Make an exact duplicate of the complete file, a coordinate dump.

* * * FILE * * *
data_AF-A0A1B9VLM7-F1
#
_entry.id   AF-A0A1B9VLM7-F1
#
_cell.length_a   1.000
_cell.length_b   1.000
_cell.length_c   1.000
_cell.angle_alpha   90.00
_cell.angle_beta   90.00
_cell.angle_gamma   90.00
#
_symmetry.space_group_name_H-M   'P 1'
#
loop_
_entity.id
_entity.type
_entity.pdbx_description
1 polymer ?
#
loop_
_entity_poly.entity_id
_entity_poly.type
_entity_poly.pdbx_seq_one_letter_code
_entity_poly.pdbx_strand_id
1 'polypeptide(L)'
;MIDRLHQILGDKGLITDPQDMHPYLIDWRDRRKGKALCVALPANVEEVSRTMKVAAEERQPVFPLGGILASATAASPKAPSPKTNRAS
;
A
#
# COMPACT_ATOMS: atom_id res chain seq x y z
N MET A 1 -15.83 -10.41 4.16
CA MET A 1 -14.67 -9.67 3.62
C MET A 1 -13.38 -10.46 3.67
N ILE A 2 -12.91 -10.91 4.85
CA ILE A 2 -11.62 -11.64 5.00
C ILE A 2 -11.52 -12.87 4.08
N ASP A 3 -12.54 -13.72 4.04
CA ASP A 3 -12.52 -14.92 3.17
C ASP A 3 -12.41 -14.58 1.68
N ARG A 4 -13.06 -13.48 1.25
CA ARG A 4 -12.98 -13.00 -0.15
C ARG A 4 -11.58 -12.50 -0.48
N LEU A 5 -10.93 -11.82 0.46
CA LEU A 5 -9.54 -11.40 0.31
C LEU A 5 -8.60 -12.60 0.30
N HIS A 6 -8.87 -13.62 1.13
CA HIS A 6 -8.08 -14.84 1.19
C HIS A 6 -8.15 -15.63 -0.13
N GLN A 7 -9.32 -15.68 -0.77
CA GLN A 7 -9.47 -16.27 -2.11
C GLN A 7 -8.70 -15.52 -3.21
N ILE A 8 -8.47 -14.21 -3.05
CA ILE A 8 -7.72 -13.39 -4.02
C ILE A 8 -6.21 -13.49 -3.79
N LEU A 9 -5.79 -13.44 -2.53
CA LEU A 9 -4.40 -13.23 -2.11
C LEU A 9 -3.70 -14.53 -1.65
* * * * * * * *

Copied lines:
data_AF-A0A1B9VLM7-F1
#
_entry.id   AF-A0A1B9VLM7-F1
#
_cell.length_a   1.000
_cell.length_b   1.000
_cell.length_c   1.000
_cell.angle_alpha   90.00
_cell.angle_beta   90.00
_cell.angle_gamma   90.00
#
_symmetry.space_group_name_H-M   'P 1'
#
loop_
_entity.id
_entity.type
_entity.pdbx_description
1 polymer ?
#
loop_
_entity_poly.entity_id
_entity_poly.type
_entity_poly.pdbx_seq_one_letter_code
_entity_poly.pdbx_strand_id
1 'polypeptide(L)'
;MIDRLHQILGDKGLITDPQDMHPYLIDWRDRRKGKALCVALPANVEEVSRTMKVAAEERQPVFPLGGILASATAASPKAPSPKTNRAS
;
A
#
# COMPACT_ATOMS: atom_id res chain seq x y z
N MET A 1 -15.83 -10.41 4.16
CA MET A 1 -14.67 -9.67 3.62
C MET A 1 -13.38 -10.46 3.67
N ILE A 2 -12.91 -10.91 4.85
CA ILE A 2 -11.62 -11.64 5.00
C ILE A 2 -11.52 -12.87 4.08
N ASP A 3 -12.54 -13.72 4.04
CA ASP A 3 -12.52 -14.92 3.17
C ASP A 3 -12.41 -14.58 1.68
N ARG A 4 -13.06 -13.48 1.25
CA ARG A 4 -12.98 -13.00 -0.15
C ARG A 4 -11.58 -12.50 -0.48
N LEU A 5 -10.93 -11.82 0.46
CA LEU A 5 -9.54 -11.40 0.31
C LEU A 5 -8.60 -12.60 0.30
N HIS A 6 -8.87 -13.62 1.13
CA HIS A 6 -8.08 -14.84 1.19
C HIS A 6 -8.15 -15.63 -0.13
N GLN A 7 -9.32 -15.68 -0.77
CA GLN A 7 -9.47 -16.27 -2.11
C GLN A 7 -8.70 -15.52 -3.21
N ILE A 8 -8.47 -14.21 -3.05
CA ILE A 8 -7.72 -13.39 -4.02
C ILE A 8 -6.21 -13.49 -3.79
N LEU A 9 -5.79 -13.44 -2.53
CA LEU A 9 -4.40 -13.23 -2.11
C LEU A 9 -3.70 -14.53 -1.65